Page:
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Morsi must have struck a deal with the Military and for the US to turn a blind eye but still keep donating wads of cash.Could it be, he may become another Mubarak, who constantly

refereed between Hamas and Isreal.

The political dynamics of the ME always changing but still steeped in Tribal traditions,don't think i will see peace there in my life time.

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Morsi must have struck a deal with the Military and for the US to turn a blind eye but still keep donating wads of cash.Could it be, he may become another Mubarak, who constantly

refereed between Hamas and Isreal.

The political dynamics of the ME always changing but still steeped in Tribal traditions,don't think i will see peace there in my life time.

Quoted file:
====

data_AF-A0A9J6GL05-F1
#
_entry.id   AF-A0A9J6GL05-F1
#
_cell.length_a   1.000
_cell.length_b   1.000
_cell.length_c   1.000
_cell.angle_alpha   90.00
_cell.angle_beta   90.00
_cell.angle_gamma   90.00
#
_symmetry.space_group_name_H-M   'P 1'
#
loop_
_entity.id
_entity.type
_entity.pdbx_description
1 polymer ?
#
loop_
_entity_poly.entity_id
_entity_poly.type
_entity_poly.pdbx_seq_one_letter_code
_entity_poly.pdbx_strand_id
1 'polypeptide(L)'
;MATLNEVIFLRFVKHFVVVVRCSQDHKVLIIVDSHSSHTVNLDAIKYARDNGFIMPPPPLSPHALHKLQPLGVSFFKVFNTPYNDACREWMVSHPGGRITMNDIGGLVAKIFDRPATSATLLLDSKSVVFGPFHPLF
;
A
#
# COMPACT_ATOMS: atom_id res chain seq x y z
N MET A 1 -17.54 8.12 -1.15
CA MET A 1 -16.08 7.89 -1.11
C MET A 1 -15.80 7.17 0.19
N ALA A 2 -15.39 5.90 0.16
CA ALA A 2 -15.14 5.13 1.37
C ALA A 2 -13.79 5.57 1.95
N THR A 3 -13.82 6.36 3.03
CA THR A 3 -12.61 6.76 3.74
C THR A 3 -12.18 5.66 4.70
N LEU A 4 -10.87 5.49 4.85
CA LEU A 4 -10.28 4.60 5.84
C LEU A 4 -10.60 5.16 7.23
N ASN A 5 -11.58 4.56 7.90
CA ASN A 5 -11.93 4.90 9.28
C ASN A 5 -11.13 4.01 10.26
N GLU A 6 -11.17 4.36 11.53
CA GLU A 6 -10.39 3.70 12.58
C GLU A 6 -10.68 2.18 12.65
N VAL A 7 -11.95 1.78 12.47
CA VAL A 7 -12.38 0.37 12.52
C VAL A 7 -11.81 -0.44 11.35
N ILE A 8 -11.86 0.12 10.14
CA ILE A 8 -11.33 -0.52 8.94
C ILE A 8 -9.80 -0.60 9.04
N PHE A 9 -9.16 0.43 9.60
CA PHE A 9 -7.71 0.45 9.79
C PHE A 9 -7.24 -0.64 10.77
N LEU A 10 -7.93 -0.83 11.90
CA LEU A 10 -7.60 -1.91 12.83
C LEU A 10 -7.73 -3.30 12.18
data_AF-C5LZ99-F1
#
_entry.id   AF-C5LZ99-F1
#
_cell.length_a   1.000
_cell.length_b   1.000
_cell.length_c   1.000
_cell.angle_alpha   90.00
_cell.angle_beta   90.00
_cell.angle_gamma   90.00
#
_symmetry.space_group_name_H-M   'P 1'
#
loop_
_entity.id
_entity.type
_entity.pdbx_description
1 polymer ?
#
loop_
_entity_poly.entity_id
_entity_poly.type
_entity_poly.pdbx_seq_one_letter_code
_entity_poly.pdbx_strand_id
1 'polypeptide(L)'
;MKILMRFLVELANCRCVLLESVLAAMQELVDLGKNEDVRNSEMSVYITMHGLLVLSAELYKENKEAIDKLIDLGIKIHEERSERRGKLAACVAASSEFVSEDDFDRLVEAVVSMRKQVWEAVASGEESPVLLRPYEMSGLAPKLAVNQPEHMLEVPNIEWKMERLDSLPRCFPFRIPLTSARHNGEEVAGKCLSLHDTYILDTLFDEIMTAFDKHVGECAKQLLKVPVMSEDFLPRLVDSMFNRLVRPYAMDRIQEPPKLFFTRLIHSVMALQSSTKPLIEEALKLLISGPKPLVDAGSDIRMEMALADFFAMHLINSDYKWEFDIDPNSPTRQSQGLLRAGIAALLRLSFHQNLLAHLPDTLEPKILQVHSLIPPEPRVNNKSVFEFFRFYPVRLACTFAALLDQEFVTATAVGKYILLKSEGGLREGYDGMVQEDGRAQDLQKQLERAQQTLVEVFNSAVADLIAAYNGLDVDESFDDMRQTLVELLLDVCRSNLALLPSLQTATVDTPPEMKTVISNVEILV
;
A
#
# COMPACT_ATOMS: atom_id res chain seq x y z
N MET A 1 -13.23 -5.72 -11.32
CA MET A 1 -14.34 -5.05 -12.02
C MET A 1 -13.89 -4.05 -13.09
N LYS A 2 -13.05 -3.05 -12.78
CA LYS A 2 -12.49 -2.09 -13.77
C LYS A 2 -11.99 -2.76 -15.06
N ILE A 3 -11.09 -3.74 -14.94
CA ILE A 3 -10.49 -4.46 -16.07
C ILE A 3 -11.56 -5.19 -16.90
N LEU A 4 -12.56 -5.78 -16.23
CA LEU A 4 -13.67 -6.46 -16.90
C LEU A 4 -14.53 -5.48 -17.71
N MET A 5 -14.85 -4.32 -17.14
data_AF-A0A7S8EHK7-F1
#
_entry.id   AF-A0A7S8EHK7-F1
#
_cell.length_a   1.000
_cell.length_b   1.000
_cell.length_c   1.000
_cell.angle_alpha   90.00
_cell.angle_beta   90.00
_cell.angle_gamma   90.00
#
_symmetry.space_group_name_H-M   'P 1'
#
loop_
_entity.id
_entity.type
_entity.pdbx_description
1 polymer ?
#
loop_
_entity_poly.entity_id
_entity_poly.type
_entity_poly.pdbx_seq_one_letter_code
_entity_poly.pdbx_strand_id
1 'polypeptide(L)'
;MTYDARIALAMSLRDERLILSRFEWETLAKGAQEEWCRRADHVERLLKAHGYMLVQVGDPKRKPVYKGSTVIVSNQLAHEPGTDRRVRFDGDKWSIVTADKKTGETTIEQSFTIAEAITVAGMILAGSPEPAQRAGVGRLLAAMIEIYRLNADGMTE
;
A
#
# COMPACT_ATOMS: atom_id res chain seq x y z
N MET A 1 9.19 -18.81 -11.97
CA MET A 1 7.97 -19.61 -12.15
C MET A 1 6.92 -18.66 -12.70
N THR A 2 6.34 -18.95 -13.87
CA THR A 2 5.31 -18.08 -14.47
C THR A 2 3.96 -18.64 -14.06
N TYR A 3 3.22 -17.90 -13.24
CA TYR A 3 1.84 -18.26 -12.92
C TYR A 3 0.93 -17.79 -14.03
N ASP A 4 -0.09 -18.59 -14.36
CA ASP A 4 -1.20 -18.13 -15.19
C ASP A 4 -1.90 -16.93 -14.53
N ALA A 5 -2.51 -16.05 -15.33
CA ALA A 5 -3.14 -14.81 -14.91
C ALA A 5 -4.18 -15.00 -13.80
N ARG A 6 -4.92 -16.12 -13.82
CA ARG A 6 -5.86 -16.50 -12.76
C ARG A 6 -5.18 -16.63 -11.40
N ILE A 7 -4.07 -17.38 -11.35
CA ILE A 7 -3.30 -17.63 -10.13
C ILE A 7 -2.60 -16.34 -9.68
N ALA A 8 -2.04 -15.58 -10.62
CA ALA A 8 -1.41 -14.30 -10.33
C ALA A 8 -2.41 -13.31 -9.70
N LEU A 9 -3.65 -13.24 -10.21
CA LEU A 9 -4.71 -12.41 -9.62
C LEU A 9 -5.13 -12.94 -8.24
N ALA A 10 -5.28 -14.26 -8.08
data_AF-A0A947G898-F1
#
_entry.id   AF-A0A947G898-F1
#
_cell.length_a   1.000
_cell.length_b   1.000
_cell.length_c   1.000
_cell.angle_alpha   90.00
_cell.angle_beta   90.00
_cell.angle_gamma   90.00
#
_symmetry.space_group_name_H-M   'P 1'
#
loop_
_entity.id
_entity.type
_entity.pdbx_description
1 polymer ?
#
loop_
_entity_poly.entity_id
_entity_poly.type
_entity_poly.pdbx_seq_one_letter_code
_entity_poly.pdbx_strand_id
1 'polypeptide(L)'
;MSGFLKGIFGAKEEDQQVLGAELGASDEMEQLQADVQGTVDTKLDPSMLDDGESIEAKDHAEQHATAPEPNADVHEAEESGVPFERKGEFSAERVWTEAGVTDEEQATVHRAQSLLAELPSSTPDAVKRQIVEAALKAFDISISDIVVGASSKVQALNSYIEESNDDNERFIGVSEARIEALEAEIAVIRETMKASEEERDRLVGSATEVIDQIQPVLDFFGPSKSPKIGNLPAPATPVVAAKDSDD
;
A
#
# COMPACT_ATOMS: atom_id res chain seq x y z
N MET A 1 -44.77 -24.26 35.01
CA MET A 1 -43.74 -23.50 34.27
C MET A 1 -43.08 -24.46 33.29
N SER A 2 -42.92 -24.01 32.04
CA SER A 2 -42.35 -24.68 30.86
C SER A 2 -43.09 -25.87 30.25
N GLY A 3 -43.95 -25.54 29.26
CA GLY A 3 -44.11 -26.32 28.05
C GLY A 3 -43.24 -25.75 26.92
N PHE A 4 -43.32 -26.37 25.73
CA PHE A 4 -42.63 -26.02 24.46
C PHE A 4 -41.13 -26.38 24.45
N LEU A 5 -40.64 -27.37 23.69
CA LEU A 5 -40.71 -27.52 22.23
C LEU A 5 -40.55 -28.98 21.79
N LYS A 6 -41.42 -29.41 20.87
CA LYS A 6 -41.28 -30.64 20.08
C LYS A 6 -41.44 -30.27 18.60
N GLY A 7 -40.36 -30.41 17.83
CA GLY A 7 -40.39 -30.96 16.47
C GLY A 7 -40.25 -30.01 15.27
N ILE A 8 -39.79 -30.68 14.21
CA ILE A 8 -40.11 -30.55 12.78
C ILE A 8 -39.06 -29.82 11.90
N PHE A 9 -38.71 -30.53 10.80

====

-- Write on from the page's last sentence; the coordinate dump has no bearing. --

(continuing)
Check out Drayno's thread :

http://www.unexplained-mysteries.com/forum/index.php?showtopic=238185&pid=4552904&st=15entry4552904

I used to be a firm believer in the possibility of peace, but as long as 'perceptive' politicians are sawing the seeds of new conflicts....

seems I was too much of an idealist, naive!

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It's interesting this happens directly after Hilary Clinton visits Egypt.

It's possible that promises were made, but it could also be the success at achieving a cease fire in Gaza.

I'm betting on the people of Egypt to bleed until they nullify this new Pharaoh’s declarations. They really want to be free, and they deserve it.

They don't need the United States feeding their army, because they don't need an army to be free.

Egypt's economy will skyrocket, if they will simply liberalize their treatment of minorities. It all hinges on that, not U.S. support.

To any investor who knows my forecasts, bet now on Egypt to rise. They will have special protection.